Most Common Ways Your Yamaha Outboard Engine Will Break Down
Have you noticed your Yamaha outboard motor not running at full power? Or, maybe it won’t start up at all? Possibly you find it turning over and dying out? Chances are it is caused by a common problem. Sometimes, the solution is a simple replacement of Yamaha parts that can be performed in minutes. To help you troubleshoot any potential issues, let’s look at some of the most common ways your Yamaha outboard will break down and how to fix these issues. Failure to Perform Regular Maintenance
Over the years, we’ve heard some boat owners ask “Why are boats so unreliable?” The truth is, Yamaha outboards are incredibly reliable but require regular maintenance to stay reliable. This maintenance must occur at recommended service intervals. Boater owners committed to regular maintenance will also often ask, “How many hours will a Yamaha outboard last?” While Yamaha does make a diverse line of outboard motors, most models will last 1,500 – 3,000 hours depending on how often it is maintained, stored, and used. Considering that the average boater racks up 50 hours of usage per season, owners can expect many years of use. This said, we commonly hear of Yamaha motors lasting well beyond 3,000 hours. Performing routine maintenance at the recommended intervals prevents many problems and significantly contributes to engine life and performance.
Fuel System Issues One of the most common ways your Yamaha outboard motor will break down is a fuel system failure. Whether you’re experiencing an intermittent bog down, poor performance, or complete engine failure, your fuel system is a common culprit.
Ethanol gasoline: Only use premium low-ethanol gasoline for your Yamaha outboard motor. The reason is that ethanol attracts water, causing fuel to dilute through “phase separation.” Additionally, ethanol gasoline can also gunk up fuel lines and fuel system components due to additives used. To help prevent these issues, regularly use a high-quality fuel stabilizer.
Fuel lines: Check your fuel lines. If you discover any breaks or leaks, you should stop using the engine and make any necessary replacements. Also, take a look at any fuel hoses with an interior liner.
Fuel filters: The fuel filter is designed to catch any debris and contaminants that have entered your fuel system. Regularly replace your fuel filters to keep fuel running freely.
Fuel pump: A malfunctioning fuel pump can significantly reduce engine performance and, over time, severely damage other components. If your fuel pump is not working correctly, replace it and any hoses that may have been affected.
Dry Starting a Yamaha Outboard A common mistake newer boat owners make is that they dry start their Yamaha outboard motor. A continually flowing water supply cools an outboard engine—without a supply of water to cool it, an outboard motor will overheat. Additionally, the impeller, which is lubricated by the water, will begin to warp due to the heat and friction, further exacerbating the problem. To fix this problem, check your impeller. If the impeller is misshapen, you will need to replace it. Replacement is a simple fix for most mechanics, but pay attention to any other issues that may have resulted from the dry start. Dry starting can cause serious engine issues and may require a rebuild by a licensed mechanic to restore it to working condition.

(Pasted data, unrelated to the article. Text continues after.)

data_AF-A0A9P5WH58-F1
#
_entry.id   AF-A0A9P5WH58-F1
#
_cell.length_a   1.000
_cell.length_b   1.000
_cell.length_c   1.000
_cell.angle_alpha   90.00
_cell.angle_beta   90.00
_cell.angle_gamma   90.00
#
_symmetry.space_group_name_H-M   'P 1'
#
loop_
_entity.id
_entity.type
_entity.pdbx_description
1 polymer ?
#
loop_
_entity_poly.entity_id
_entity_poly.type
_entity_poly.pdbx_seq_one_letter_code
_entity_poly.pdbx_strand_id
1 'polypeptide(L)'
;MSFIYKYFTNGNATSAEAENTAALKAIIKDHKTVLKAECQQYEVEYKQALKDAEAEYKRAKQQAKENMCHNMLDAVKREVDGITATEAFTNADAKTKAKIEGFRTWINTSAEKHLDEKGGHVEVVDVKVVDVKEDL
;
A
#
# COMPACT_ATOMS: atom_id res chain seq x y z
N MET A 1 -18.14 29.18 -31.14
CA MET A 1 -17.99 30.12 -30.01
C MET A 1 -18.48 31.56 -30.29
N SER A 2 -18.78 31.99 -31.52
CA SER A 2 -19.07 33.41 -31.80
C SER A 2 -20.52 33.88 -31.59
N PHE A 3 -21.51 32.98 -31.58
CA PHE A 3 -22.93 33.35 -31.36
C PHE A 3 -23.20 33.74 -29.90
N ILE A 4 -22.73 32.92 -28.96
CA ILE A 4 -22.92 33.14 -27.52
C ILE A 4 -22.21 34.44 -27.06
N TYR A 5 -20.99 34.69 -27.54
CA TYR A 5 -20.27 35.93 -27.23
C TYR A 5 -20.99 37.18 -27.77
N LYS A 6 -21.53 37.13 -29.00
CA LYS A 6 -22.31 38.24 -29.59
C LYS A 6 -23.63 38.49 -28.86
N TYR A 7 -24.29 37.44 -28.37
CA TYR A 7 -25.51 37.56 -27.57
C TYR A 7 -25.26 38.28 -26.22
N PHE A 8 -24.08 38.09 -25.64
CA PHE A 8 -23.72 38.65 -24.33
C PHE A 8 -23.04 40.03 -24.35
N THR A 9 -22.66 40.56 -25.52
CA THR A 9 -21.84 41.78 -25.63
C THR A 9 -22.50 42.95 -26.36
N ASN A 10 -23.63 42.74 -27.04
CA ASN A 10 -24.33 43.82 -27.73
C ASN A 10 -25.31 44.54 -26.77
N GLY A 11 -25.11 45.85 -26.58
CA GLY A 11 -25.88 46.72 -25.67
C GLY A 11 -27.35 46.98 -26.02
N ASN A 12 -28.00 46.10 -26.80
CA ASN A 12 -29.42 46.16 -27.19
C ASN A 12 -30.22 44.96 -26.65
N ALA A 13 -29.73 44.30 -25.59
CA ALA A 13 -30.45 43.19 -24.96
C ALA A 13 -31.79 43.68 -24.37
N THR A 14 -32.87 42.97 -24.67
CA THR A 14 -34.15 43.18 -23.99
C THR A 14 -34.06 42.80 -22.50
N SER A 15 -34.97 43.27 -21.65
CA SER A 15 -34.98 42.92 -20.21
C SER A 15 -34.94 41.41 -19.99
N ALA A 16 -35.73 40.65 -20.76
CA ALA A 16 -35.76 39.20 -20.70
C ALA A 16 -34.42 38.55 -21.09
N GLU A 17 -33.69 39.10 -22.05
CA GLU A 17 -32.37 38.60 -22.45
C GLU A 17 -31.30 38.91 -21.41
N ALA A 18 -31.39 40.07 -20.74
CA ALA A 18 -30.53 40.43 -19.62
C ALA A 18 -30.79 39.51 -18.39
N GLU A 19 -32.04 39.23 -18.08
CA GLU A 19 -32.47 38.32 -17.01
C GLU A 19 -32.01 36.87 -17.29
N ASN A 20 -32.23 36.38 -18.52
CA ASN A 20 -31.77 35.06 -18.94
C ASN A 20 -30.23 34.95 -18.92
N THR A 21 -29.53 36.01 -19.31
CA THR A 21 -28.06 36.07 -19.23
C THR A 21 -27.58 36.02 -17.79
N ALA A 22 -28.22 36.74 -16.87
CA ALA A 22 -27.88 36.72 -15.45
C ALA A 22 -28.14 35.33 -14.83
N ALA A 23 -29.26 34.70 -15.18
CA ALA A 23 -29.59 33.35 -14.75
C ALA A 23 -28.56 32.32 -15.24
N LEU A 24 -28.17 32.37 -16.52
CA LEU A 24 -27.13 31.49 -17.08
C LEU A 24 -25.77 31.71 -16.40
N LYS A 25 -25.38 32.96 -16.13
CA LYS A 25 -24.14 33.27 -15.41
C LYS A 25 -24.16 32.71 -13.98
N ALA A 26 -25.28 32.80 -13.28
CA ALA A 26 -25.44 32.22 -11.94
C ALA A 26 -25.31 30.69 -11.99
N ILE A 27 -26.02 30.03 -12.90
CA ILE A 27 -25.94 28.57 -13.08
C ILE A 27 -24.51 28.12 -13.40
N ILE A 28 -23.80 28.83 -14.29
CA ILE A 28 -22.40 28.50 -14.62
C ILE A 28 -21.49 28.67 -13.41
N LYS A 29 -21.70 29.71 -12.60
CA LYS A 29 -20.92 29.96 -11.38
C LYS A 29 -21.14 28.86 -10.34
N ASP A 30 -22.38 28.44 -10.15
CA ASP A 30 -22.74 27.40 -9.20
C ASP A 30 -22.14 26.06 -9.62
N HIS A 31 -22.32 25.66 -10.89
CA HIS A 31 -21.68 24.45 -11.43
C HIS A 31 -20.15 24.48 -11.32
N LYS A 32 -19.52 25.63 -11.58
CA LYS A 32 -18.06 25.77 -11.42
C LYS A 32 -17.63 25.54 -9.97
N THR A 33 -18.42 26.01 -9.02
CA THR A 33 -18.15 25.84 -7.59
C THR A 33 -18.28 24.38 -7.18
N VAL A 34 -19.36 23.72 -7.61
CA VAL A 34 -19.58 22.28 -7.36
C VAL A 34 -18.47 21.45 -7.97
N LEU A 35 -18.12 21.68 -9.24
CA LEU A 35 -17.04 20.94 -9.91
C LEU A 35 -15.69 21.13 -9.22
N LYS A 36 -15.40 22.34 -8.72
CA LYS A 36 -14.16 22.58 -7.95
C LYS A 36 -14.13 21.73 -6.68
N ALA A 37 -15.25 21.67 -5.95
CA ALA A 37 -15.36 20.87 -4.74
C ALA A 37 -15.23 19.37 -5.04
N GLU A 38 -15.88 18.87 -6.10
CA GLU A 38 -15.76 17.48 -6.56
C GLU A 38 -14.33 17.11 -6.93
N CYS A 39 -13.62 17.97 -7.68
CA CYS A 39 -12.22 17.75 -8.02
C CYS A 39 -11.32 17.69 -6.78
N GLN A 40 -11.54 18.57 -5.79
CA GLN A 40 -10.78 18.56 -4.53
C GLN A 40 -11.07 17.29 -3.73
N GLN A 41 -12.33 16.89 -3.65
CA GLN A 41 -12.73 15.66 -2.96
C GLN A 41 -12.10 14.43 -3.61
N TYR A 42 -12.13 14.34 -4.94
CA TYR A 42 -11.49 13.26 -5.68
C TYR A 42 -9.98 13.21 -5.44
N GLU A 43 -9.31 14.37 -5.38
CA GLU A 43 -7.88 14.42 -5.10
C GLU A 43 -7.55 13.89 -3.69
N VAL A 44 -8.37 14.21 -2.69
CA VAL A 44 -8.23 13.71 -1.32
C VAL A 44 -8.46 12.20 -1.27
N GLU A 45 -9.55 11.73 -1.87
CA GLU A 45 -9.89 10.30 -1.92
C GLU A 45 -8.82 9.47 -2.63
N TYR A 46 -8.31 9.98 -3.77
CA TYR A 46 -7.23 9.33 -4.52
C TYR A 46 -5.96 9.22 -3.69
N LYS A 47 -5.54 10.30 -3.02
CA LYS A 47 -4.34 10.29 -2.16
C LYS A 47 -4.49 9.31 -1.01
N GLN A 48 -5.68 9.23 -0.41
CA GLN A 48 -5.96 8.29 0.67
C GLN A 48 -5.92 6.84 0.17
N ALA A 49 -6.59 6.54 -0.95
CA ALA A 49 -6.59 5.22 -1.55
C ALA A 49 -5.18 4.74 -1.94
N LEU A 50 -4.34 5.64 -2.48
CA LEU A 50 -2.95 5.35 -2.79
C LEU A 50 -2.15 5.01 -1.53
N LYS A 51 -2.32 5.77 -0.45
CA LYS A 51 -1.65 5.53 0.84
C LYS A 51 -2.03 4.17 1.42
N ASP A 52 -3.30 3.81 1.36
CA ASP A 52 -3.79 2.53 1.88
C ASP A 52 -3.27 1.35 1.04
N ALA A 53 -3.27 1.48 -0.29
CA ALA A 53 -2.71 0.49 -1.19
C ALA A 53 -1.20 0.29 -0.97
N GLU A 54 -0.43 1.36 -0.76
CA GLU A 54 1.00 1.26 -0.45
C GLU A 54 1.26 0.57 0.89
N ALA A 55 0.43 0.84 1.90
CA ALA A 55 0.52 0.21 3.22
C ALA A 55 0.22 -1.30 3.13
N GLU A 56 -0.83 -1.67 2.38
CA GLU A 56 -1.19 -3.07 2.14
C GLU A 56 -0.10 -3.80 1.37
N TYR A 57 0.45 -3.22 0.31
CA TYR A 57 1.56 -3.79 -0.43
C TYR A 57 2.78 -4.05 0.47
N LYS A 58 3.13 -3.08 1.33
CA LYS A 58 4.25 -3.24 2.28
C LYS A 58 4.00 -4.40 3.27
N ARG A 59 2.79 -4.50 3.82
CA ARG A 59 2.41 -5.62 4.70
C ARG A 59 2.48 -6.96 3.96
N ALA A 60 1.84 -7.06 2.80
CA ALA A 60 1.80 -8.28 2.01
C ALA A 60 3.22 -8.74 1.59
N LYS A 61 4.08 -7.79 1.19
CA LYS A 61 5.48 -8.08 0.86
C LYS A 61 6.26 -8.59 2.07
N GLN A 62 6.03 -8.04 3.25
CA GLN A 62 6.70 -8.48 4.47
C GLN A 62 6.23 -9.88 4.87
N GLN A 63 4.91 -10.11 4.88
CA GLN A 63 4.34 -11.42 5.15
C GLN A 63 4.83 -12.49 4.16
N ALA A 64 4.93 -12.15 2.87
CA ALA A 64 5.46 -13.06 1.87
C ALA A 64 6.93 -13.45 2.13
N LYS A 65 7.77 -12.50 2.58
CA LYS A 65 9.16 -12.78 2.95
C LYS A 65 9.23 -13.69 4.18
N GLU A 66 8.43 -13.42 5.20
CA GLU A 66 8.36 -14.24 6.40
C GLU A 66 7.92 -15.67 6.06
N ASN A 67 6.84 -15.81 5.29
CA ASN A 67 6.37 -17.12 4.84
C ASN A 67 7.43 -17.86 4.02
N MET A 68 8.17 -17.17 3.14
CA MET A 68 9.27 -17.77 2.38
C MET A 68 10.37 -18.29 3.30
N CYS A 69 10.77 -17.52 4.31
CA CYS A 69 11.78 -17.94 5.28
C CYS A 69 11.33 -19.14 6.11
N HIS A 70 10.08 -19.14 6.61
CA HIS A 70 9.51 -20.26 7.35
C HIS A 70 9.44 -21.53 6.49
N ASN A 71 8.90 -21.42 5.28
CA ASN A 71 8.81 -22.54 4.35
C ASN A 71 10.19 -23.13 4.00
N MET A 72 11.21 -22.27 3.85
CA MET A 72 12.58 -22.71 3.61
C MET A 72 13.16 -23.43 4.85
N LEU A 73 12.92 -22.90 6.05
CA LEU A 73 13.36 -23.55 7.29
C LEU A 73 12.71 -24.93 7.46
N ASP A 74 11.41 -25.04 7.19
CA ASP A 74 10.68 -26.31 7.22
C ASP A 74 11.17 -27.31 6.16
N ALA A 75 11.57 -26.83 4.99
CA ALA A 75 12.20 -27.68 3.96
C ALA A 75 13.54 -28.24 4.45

Shifting When the Engine Isn’t Running Yamaha outboard motors need to be running when switching gears. If your Yamaha outboard has cable controls for the throttle (versus electronic controls), you may experience some issues if you shift in and out of gear when the engine isn’t running. This will require some adjustments to the cable or may damage the clutch dog, causing a severe engine malfunction or failure if left unaddressed. Bad spark plugs are a common cause of electrical problems in outboard motors
Electrical System Your outboard’s electrical system may be responsible for your boat not starting or experiencing intermittent performance issues. You’ll first want to start by testing each part of the electrical system:
First, make sure your kill switch is firmly attached.
Next, for electric-starting models, you’ll want to check the main fuse to confirm it’s not blown. If you find that the connection at the center of the fuse is broken, you will need to replace it with one of the same amperage.
After verifying the fuse, check the battery. Safely disconnect the negative cable followed by the positive cable before removing the battery from its housing. With a wire-bristle brush, carefully scrape away any corrosion on the battery terminals. If the battery is damaged, you’ll need to replace it. If it is in good condition and shows no signs of damage, you can proceed to charge it. When it’s completely charged, reinstall the battery and cables (positive cable first, then negative).